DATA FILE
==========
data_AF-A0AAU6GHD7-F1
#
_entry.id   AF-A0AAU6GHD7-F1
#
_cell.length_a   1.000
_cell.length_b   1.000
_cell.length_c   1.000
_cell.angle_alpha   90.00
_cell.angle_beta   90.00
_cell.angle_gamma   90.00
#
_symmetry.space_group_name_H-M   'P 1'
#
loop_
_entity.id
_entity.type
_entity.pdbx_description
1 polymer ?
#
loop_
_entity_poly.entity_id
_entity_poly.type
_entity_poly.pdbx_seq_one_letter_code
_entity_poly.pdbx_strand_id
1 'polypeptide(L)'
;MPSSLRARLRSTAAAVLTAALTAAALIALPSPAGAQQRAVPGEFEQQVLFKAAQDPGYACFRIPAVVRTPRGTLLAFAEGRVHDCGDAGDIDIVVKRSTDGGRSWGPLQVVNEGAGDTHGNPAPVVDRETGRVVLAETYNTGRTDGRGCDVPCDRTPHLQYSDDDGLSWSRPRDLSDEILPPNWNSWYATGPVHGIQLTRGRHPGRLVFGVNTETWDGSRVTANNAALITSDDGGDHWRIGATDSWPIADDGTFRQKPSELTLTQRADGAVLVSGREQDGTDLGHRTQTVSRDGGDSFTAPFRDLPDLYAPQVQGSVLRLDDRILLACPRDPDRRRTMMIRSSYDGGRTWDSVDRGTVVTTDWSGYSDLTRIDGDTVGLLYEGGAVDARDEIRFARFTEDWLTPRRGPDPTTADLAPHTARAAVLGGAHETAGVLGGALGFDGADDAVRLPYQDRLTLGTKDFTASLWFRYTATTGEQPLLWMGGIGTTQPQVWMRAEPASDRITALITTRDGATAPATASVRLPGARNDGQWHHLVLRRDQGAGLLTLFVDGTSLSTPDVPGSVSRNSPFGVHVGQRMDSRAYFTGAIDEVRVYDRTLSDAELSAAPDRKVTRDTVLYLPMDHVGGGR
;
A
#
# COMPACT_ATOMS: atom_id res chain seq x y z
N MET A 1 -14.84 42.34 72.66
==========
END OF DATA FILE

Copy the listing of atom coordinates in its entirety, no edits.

data_AF-A0AAU6GHD7-F1
#
_entry.id   AF-A0AAU6GHD7-F1
#
_cell.length_a   1.000
_cell.length_b   1.000
_cell.length_c   1.000
_cell.angle_alpha   90.00
_cell.angle_beta   90.00
_cell.angle_gamma   90.00
#
_symmetry.space_group_name_H-M   'P 1'
#
loop_
_entity.id
_entity.type
_entity.pdbx_description
1 polymer ?
#
loop_
_entity_poly.entity_id
_entity_poly.type
_entity_poly.pdbx_seq_one_letter_code
_entity_poly.pdbx_strand_id
1 'polypeptide(L)'
;MPSSLRARLRSTAAAVLTAALTAAALIALPSPAGAQQRAVPGEFEQQVLFKAAQDPGYACFRIPAVVRTPRGTLLAFAEGRVHDCGDAGDIDIVVKRSTDGGRSWGPLQVVNEGAGDTHGNPAPVVDRETGRVVLAETYNTGRTDGRGCDVPCDRTPHLQYSDDDGLSWSRPRDLSDEILPPNWNSWYATGPVHGIQLTRGRHPGRLVFGVNTETWDGSRVTANNAALITSDDGGDHWRIGATDSWPIADDGTFRQKPSELTLTQRADGAVLVSGREQDGTDLGHRTQTVSRDGGDSFTAPFRDLPDLYAPQVQGSVLRLDDRILLACPRDPDRRRTMMIRSSYDGGRTWDSVDRGTVVTTDWSGYSDLTRIDGDTVGLLYEGGAVDARDEIRFARFTEDWLTPRRGPDPTTADLAPHTARAAVLGGAHETAGVLGGALGFDGADDAVRLPYQDRLTLGTKDFTASLWFRYTATTGEQPLLWMGGIGTTQPQVWMRAEPASDRITALITTRDGATAPATASVRLPGARNDGQWHHLVLRRDQGAGLLTLFVDGTSLSTPDVPGSVSRNSPFGVHVGQRMDSRAYFTGAIDEVRVYDRTLSDAELSAAPDRKVTRDTVLYLPMDHVGGGR
;
A
#
# COMPACT_ATOMS: atom_id res chain seq x y z
N MET A 1 -14.84 42.34 72.66